FIG. 2 is a detailed schematic of an individual sensor cell 112 in the array illustrated in FIG. 1. The sensor cell consists of a glass or plastic capillary 211. The capillary 211 may be cylindrical and contains essentially all of the other elements described herein below. The sample enters the sensor cell from the micro-channels through the top of the capillary 211. Within the capillary is a glass frit 213, which filters undissolved constituents from the sample before it reaches the electrically active portion of the sensor cell. Beneath the glass frit 213 is the sensitized working electrode 215, preferably manufactured in accordance with the invention described in aforementioned U.S. patent application Ser. No. _____ (Attorney Docket No.1845-SPL). Briefly, the working electrode may be formed of wire and, particularly, gold wire. However, other metals and alloys such as platinum, stainless steel and even non-metals, including, carbon, doped silicone, and conductive polymeric materials can be used as the electrode for the accumulation of constituents. In at least one embodiment of the invention, the working electrode comprises a thin (25- to 100-micron-diameter; 1-meter-long) gold wired coiled around a 0.25 to 0.5-mm-diameter gold support wire. In other embodiments of the invention, the working electrode may be formed of a powdered gold bound together by adhesive. The adhesive may be a mixture of carbon powder and polytetraflourethylene adhesive. Treating the electrode surface first with dithiol as set forth in application Ser. No. ______ (Attorney Docket No. 1845-SPL) sensitizes the surface to heme. Dithiol also equally sensitizes other surfaces to heme. The dithiol molecules have an inherent property to bind those surfaces at one end and to heme molecules on the other end. The dithiol molecules not only help to accumulate heme from the solution onto the electrode surface, but also aid the electronic transfer process between the heme and the electrode. Hence, they are also known as “linkers”. If the species to be detected is other than heme, the surface should be sensitized with other types of linkers specific to the analyte or other constituent to be tested for in the solution. A recent review article by Luppa et al. (P. B. Luppa, L. J. Sokoll and D. W. Chan, “Immunosensors-principles and applications to clinical chemistry, Clinica Chimica Acta, Vol. 314, Year 2001, pp. 1-26.) and references therein provide descriptions of linkers suitable for various analytes commonly encountered in biological solutions.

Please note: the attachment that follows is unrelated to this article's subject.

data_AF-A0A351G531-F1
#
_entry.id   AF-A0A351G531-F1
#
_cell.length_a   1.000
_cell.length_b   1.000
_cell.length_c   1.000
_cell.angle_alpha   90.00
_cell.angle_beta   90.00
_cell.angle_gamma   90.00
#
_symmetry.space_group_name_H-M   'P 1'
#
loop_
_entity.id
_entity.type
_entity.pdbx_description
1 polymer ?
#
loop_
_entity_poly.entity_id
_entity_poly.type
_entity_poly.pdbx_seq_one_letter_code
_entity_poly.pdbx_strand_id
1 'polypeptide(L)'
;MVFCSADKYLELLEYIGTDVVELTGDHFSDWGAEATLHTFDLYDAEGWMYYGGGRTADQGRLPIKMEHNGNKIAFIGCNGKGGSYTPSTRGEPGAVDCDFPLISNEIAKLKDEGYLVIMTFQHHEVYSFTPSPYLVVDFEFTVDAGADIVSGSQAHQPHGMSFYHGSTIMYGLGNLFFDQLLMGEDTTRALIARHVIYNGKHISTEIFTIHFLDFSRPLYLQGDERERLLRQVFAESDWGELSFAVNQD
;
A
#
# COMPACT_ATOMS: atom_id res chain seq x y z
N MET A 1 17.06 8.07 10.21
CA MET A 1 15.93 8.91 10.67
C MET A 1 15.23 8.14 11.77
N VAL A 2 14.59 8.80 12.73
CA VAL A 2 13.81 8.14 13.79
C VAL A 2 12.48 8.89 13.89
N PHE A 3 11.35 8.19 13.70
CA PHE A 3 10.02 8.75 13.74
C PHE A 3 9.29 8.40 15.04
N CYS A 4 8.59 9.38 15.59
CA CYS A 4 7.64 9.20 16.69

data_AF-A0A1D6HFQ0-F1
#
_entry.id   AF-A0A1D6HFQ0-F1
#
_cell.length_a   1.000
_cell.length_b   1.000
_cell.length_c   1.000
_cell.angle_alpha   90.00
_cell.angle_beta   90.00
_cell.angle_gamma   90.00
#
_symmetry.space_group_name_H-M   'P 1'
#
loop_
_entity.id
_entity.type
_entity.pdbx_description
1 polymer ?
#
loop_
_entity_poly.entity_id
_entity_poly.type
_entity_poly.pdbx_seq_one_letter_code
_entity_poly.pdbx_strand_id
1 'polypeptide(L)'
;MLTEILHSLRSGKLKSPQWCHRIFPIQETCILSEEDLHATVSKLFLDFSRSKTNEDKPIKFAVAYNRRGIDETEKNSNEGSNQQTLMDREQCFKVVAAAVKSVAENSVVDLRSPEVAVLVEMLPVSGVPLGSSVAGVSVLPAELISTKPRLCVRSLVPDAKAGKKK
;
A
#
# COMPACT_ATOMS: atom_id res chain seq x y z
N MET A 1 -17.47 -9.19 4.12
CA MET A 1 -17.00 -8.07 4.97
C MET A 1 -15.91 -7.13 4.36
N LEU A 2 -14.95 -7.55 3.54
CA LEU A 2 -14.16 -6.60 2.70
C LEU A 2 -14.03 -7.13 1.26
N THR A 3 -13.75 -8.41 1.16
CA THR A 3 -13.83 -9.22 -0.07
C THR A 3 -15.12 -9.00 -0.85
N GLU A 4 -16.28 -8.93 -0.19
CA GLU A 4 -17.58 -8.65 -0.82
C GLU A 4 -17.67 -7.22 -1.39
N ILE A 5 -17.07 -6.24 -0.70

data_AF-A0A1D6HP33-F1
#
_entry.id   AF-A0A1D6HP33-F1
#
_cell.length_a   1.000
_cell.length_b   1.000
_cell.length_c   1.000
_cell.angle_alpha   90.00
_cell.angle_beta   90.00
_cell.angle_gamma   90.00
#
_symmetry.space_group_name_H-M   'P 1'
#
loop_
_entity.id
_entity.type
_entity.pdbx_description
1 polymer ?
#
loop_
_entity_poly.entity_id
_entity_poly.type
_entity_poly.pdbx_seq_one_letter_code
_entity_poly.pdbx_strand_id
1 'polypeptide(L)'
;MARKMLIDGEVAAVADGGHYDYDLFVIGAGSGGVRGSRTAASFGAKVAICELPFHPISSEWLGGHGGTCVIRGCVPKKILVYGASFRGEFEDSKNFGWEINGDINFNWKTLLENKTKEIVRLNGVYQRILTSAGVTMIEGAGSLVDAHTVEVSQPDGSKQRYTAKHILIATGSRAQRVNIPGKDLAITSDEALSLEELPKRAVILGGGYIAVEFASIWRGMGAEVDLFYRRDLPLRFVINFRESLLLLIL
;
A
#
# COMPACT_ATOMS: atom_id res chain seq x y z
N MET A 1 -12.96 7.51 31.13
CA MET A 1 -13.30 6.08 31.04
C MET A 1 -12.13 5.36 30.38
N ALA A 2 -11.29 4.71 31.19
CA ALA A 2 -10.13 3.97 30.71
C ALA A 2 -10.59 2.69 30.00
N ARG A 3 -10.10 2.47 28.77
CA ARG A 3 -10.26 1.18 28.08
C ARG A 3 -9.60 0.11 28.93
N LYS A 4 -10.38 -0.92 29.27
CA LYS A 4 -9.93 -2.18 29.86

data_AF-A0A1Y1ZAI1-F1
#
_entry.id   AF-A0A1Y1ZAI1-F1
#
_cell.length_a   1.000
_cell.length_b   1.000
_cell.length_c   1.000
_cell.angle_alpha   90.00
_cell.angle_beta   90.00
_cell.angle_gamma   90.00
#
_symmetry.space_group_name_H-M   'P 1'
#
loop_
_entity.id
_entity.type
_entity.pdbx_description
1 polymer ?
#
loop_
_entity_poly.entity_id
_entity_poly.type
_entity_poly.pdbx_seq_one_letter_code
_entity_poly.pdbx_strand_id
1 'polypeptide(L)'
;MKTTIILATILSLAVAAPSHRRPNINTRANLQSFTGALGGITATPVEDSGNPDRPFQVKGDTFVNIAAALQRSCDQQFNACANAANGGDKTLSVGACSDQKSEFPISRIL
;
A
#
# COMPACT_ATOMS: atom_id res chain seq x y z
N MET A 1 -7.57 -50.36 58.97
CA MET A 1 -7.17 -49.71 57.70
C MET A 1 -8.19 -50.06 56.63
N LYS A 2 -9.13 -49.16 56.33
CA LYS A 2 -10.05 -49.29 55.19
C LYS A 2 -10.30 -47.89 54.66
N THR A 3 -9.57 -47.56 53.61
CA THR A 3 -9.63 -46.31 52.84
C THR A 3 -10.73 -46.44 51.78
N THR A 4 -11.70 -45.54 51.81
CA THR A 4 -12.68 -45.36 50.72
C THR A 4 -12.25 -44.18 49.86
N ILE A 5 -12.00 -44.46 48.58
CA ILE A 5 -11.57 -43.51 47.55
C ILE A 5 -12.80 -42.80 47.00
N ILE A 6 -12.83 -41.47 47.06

Beneath the working electrode 215 are a pair of filter papers 217, 219, which are wet with an aqueous solution of one or more salts (example: 0.1 M KCl or a mixture of 0.1M KCl+0.01 M HEPES+0.3% v/v DMSO) that serves as the electrolyte for the electrochemical cell. The sensitized working electrode 215 may be formed from a mesh or compacted powder and may be formed into a spiral in order to increase its surface area and, thus, the amount of the constituent under test that will bind to it.
The bottom of the lower filter paper is coated with graphite powder that forms the counter electrode (CE) 221. A reference electrode (RE) 222 is disposed between the two filter papers 217 and 219. In a preferred embodiment of the invention, the reference electrode is formed of silver/silver chloride. Accordingly, the sensitized electrode, counter electrode, and reference electrode, along with the filter papers wet with the electrolyte, form the electrochemical cell 112. Preferably, the capillary 211 includes a hole 224 adjacent the sensitized electrode 215 through which excess sample solution may exit the capillary, if necessary.